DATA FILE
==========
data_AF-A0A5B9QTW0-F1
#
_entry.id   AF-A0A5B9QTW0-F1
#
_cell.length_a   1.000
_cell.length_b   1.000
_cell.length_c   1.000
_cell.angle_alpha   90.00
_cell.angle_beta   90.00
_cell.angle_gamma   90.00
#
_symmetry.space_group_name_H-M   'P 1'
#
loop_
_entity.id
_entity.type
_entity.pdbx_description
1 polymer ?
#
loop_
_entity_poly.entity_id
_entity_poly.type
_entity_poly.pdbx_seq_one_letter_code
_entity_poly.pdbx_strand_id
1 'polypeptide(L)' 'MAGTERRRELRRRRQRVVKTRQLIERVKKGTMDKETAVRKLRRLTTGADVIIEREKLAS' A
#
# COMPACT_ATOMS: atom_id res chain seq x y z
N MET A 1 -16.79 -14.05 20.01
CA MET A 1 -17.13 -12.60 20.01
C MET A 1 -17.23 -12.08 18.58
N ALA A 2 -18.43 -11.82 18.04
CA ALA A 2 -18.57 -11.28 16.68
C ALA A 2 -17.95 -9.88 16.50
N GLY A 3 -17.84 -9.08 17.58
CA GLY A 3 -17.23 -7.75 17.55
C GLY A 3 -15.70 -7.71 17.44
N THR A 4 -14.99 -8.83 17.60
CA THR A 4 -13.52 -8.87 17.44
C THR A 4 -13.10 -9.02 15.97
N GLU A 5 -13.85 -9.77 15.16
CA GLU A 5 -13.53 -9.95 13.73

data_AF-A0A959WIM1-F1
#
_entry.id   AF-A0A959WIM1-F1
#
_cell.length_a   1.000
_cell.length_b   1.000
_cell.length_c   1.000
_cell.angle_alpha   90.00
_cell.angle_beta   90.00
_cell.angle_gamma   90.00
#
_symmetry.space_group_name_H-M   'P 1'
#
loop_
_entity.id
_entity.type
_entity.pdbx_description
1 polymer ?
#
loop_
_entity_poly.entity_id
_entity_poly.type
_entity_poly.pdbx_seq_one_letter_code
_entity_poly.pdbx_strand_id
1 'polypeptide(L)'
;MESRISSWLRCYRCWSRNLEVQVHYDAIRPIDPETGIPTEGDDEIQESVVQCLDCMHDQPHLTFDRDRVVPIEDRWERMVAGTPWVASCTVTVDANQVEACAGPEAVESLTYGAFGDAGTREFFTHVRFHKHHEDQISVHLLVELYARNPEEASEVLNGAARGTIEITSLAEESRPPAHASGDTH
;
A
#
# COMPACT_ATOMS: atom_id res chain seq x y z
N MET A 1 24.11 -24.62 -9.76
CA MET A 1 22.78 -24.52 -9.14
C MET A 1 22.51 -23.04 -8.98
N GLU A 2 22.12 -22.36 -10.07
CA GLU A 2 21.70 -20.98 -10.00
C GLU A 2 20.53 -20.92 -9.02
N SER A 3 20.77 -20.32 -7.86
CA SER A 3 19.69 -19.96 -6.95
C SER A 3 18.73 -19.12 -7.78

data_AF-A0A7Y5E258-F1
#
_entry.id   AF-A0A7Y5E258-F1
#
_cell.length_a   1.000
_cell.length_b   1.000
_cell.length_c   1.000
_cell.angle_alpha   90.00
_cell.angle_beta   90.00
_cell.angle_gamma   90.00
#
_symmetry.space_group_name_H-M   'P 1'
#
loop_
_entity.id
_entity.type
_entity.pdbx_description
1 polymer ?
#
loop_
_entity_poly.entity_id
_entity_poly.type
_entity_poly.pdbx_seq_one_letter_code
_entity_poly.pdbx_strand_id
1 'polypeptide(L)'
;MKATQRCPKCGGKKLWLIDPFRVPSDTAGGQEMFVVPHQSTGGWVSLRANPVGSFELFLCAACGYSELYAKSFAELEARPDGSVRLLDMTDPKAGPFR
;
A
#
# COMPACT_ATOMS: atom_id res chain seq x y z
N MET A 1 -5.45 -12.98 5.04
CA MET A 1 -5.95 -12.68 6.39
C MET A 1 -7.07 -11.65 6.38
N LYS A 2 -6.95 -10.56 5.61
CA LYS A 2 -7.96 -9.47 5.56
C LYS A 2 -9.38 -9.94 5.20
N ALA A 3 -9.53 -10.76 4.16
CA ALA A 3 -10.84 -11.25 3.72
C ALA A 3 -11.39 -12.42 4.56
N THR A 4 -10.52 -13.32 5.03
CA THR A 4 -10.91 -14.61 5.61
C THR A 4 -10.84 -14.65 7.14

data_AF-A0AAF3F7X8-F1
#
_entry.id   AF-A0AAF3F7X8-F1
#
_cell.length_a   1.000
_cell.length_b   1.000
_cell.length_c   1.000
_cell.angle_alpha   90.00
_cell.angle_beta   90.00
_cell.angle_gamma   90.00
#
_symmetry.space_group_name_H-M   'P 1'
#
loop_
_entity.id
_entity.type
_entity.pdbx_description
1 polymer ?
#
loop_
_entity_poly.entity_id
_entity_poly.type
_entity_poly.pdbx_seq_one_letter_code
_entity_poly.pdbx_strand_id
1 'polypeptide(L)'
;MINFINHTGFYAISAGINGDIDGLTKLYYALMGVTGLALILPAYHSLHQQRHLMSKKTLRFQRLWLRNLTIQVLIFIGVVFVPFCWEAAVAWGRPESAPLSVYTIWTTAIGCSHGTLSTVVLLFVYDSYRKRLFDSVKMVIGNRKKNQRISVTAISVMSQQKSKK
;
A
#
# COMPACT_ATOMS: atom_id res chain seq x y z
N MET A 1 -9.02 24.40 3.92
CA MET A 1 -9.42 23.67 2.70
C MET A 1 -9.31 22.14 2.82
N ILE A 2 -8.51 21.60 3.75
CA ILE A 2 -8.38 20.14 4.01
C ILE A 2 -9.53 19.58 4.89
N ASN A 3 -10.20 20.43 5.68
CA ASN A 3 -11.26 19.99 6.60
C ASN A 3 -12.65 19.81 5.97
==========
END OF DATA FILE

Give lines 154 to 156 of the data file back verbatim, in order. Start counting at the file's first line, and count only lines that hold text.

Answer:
CA MET A 1 -9.42 23.67 2.70
C MET A 1 -9.31 22.14 2.82
N ILE A 2 -8.51 21.60 3.75